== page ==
UnNews:Congressional Secret Committee yet again refuses to release report on activity
From Uncyclopedia, the content-free encyclopedia
Congressional Secret Committee yet again refuses to release report on activity
The one that Univisión did not buy out
Monday, September 26, 2016, 03:45:UTC)(
24 January 2009
When Franklin Roosevelt first signed the bill requesting the creation of the Committee, US law required the Committee to have a deadline to submit a yearly report on the activities it had conducted. However, a loophole in the law allowed Bankman and others to submit a report simply reading, "It's a secret," in 1937 when the first deadline occurred. Says Virginia Senator and Committee member Jim Webb, "We can't tell you what we do. That's for us to know and you not to find out." Webb then made a waving motion after pressing his hand to his nose, accompanied by a "nyahh" sound.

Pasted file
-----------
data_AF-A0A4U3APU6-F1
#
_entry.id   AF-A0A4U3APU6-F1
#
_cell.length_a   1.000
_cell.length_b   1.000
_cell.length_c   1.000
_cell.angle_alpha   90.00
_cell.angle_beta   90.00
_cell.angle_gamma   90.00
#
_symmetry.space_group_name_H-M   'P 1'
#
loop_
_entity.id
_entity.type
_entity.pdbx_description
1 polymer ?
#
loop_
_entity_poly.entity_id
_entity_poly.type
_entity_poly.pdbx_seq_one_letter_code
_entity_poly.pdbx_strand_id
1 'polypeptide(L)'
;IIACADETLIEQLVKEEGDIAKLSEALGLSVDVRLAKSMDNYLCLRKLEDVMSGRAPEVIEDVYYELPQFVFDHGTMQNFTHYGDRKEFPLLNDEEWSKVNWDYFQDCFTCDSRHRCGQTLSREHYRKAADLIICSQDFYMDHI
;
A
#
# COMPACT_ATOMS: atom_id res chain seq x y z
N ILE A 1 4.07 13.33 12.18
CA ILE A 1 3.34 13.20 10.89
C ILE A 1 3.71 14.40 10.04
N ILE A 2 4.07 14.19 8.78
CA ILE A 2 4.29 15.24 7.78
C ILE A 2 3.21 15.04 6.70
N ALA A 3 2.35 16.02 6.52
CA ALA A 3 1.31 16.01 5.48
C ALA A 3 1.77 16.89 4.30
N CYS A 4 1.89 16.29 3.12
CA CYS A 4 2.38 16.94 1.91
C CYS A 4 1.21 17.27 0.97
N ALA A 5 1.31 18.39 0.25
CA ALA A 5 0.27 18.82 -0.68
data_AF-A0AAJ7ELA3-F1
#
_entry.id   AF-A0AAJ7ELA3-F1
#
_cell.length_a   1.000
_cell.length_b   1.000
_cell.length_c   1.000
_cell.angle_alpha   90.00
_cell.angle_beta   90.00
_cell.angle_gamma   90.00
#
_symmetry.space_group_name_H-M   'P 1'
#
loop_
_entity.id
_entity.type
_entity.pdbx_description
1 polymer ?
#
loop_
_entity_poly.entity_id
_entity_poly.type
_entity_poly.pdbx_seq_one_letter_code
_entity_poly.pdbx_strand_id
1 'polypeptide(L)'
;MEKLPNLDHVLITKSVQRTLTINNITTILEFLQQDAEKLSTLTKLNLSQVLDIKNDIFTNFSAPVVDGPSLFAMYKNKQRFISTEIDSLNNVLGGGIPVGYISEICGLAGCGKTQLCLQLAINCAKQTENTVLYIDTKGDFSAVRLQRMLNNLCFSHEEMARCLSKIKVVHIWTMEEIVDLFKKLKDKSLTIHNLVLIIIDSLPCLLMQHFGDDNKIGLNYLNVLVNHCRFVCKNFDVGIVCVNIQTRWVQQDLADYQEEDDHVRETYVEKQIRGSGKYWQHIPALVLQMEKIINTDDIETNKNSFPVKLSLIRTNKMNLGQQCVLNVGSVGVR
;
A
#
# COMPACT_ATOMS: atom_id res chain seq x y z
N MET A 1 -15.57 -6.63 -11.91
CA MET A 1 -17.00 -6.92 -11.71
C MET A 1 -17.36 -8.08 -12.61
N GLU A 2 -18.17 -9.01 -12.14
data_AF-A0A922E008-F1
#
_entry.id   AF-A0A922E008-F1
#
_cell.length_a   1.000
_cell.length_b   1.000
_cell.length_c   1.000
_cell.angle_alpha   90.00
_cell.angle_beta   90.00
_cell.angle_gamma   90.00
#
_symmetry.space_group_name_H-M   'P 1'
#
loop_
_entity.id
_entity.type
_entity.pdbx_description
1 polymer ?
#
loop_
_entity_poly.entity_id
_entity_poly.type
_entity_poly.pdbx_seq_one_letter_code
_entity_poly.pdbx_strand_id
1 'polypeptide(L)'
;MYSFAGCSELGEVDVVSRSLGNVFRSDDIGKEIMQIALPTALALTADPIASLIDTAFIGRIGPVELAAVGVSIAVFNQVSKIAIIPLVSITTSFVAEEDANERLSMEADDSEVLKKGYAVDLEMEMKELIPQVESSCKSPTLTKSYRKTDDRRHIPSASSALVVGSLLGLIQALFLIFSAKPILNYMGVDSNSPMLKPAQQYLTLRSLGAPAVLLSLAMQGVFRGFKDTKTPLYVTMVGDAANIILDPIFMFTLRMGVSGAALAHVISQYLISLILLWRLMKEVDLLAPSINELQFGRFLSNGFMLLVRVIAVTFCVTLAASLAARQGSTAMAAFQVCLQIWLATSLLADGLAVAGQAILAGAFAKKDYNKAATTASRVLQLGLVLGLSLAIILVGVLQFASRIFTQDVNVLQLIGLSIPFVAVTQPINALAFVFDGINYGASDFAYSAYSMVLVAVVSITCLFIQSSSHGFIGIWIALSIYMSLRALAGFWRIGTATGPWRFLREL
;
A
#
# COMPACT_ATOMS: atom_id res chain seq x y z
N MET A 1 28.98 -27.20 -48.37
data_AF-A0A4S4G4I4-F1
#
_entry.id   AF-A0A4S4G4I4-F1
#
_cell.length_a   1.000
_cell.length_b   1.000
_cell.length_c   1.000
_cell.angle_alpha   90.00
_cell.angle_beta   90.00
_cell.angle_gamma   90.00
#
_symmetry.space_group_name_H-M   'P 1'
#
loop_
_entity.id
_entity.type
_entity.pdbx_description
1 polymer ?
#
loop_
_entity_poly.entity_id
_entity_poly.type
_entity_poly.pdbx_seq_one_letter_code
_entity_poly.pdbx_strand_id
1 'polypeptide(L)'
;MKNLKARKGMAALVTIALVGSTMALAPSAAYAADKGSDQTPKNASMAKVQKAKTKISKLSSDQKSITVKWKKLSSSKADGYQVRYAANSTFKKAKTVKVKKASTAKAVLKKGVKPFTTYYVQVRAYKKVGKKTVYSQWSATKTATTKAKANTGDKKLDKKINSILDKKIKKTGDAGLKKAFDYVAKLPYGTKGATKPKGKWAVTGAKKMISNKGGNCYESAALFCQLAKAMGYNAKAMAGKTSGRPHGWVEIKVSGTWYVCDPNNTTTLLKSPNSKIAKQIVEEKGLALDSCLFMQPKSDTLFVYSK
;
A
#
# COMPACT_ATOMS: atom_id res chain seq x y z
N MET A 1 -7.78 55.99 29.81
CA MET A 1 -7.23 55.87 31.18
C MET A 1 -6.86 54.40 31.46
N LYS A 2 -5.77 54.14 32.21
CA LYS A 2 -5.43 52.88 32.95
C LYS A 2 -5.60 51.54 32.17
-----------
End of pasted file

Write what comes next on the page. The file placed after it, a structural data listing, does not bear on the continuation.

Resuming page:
Speculation has been almost ceaseless since the founding of the Committee. "It's really paradoxical," says Congressional historian Matthew Allnutt. "The whole point of Congressional Committees is to investigate certain issues and then tell the greater body of Congress their findings. But the whole point of this particular Committee seems to be to not tell Congress, or anyone else, what they do. It's crazy, man."
One of the few glimpses of the Committee's activity came in 1997, when a reporter was mistaken for Florida Representative Cliff Stearns and allowed into a swearing in of a new member of the Committee. The journalist noted that the ceremony involved a secret handshake, multiple pinky promises, and invitations to a sleepover.
The Committee has often been criticized for its "No Girls" stance on membership.
|This article features first-hand journalism by an UnNews correspondent.|